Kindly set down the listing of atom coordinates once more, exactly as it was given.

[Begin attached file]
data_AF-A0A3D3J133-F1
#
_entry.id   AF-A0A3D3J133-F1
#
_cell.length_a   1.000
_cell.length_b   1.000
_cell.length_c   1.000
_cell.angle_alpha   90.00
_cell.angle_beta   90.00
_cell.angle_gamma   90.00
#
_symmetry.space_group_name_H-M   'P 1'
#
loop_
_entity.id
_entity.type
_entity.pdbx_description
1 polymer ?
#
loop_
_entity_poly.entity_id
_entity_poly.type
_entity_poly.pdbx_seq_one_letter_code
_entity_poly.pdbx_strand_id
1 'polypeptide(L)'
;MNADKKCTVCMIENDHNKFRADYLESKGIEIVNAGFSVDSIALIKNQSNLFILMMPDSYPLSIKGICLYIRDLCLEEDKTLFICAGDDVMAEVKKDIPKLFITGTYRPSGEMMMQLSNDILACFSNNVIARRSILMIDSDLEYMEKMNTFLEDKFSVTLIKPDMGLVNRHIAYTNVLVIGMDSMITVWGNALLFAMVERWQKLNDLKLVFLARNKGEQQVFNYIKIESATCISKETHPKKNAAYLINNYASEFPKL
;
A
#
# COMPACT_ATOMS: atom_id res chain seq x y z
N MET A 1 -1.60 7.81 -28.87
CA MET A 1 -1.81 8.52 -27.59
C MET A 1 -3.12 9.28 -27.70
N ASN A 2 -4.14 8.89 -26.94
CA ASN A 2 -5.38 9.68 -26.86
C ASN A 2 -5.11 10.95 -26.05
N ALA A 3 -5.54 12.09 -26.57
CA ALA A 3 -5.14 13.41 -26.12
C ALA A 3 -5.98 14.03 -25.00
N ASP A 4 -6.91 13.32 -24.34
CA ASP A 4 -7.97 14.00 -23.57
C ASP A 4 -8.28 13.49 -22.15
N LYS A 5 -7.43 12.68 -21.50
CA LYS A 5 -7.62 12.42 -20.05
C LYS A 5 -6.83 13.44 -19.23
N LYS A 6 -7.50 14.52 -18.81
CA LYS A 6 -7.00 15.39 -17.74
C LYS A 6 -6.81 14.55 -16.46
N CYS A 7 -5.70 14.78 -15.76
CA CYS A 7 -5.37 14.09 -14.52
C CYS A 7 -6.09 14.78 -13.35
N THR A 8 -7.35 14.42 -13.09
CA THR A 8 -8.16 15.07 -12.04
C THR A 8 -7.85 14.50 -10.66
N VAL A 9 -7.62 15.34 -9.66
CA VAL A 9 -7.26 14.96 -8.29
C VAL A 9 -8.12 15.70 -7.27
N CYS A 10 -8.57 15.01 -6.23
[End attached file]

data_AF-A0A3D3J133-F1
#
_entry.id   AF-A0A3D3J133-F1
#
_cell.length_a   1.000
_cell.length_b   1.000
_cell.length_c   1.000
_cell.angle_alpha   90.00
_cell.angle_beta   90.00
_cell.angle_gamma   90.00
#
_symmetry.space_group_name_H-M   'P 1'
#
loop_
_entity.id
_entity.type
_entity.pdbx_description
1 polymer ?
#
loop_
_entity_poly.entity_id
_entity_poly.type
_entity_poly.pdbx_seq_one_letter_code
_entity_poly.pdbx_strand_id
1 'polypeptide(L)'
;MNADKKCTVCMIENDHNKFRADYLESKGIEIVNAGFSVDSIALIKNQSNLFILMMPDSYPLSIKGICLYIRDLCLEEDKTLFICAGDDVMAEVKKDIPKLFITGTYRPSGEMMMQLSNDILACFSNNVIARRSILMIDSDLEYMEKMNTFLEDKFSVTLIKPDMGLVNRHIAYTNVLVIGMDSMITVWGNALLFAMVERWQKLNDLKLVFLARNKGEQQVFNYIKIESATCISKETHPKKNAAYLINNYASEFPKL
;
A
#
# COMPACT_ATOMS: atom_id res chain seq x y z
N MET A 1 -1.60 7.81 -28.87
CA MET A 1 -1.81 8.52 -27.59
C MET A 1 -3.12 9.28 -27.70
N ASN A 2 -4.14 8.89 -26.94
CA ASN A 2 -5.38 9.68 -26.86
C ASN A 2 -5.11 10.95 -26.05
N ALA A 3 -5.54 12.09 -26.57
CA ALA A 3 -5.14 13.41 -26.12
C ALA A 3 -5.98 14.03 -25.00
N ASP A 4 -6.91 13.32 -24.34
CA ASP A 4 -7.97 14.00 -23.57
C ASP A 4 -8.28 13.49 -22.15
N LYS A 5 -7.43 12.68 -21.50
CA LYS A 5 -7.62 12.42 -20.05
C LYS A 5 -6.83 13.44 -19.23
N LYS A 6 -7.50 14.52 -18.81
CA LYS A 6 -7.00 15.39 -17.74
C LYS A 6 -6.81 14.55 -16.46
N CYS A 7 -5.70 14.78 -15.76
CA CYS A 7 -5.37 14.09 -14.52
C CYS A 7 -6.09 14.78 -13.35
N THR A 8 -7.35 14.42 -13.09
CA THR A 8 -8.16 15.07 -12.04
C THR A 8 -7.85 14.50 -10.66
N VAL A 9 -7.62 15.34 -9.66
CA VAL A 9 -7.26 14.96 -8.29
C VAL A 9 -8.12 15.70 -7.27
N CYS A 10 -8.57 15.01 -6.23